Retail investment in Machine Learning AI algorithms falls into two general buckets: the customer experience (a combination of an E-Commerce site’s search engine and customer service bots) and operations functions (stocking, fraud detection, and other so-called back office functions) that in both the physical and virtual worlds have begun to rely increasingly on machines to augment if not entirely replace humans. Understanding the relationships contained in customer data generates hugely powerful – and lucrative – insights that can be applied to everything from merchandising programs, seasonal inventory decisions, product placement, loyalty programs, and other programs that speak directly to cost of customer acquisition and retention on one side, and lifetime customer value on the other.
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- Understand the applications of predictive analytics in E-Commerce and retail
- Read about the cross-disciplinary expertise required across visual and text applications to build a modern retail product
- Explore the human factor in building top-of-the-line customer experiences driven by data, both online and offline
- See how spotting suspicious user behavior and potential fraudulence is tracked
First 300 words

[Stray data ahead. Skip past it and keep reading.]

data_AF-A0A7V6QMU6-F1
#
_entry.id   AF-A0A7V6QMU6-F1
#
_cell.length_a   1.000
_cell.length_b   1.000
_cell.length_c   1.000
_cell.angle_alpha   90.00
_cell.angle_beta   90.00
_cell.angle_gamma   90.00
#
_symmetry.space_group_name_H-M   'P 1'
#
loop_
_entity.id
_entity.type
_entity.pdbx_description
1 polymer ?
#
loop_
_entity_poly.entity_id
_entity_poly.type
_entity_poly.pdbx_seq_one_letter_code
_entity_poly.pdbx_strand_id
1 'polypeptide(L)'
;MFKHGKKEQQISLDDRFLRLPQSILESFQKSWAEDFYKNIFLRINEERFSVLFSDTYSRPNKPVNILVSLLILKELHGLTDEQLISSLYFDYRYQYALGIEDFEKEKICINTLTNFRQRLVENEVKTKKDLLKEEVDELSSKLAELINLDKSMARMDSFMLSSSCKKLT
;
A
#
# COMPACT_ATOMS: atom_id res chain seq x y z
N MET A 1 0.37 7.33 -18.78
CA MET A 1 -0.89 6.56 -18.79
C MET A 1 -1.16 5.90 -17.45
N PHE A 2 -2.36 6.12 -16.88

Shopping at a mass market retail chain such as Walmart, Target, or Amazon, comes with the often-tacit assumption that the retailer is over time learning quite a bit about you, your likes, dislikes, and behavior. We are (most of us) creatures of habit, and those habits form patterns that savvy businesses exploit through timely – and targeted – offers. At its simplest? Buy a razor, for example, and you can expect to see a coupon with your receipt, for razor blades – or shaving cream, or even skin moisturizers. We know intuitively that it wasn’t a human being generating the offer – at least not directly. No matter. Most shoppers don’t understand the mechanics of how a store discount coupon is generated, how a machine learning algorithm ties a specific purchase to a logically adjacent marketing offer. Most just shrug and go on with their day – after setting aside the coupon for the next time they shop.
But if a shopper searches an E-Commerce site for work pants and is taken to a product page for plants and shrubbery? Shrugs instantly give way to annoyance (at best) over the inability of the search engine to provide at least a relevant result. Most people are reasonably forgiving if the result is at least in the ballpark, if not a strong match to their query. But fail the relevancy test and alarm bells go off. Some shoppers might pick up the phone and demand a human worker who can get them what they want. But others will just leave the site in frustration and look elsewhere. And therein lies a multi-billion-dollar risk that leading traditional and E-Commerce retailers are loath to accept.
Roughly a quarter century after Amazon started selling books online, and 20 years after Walmart launched Walmart.com, even…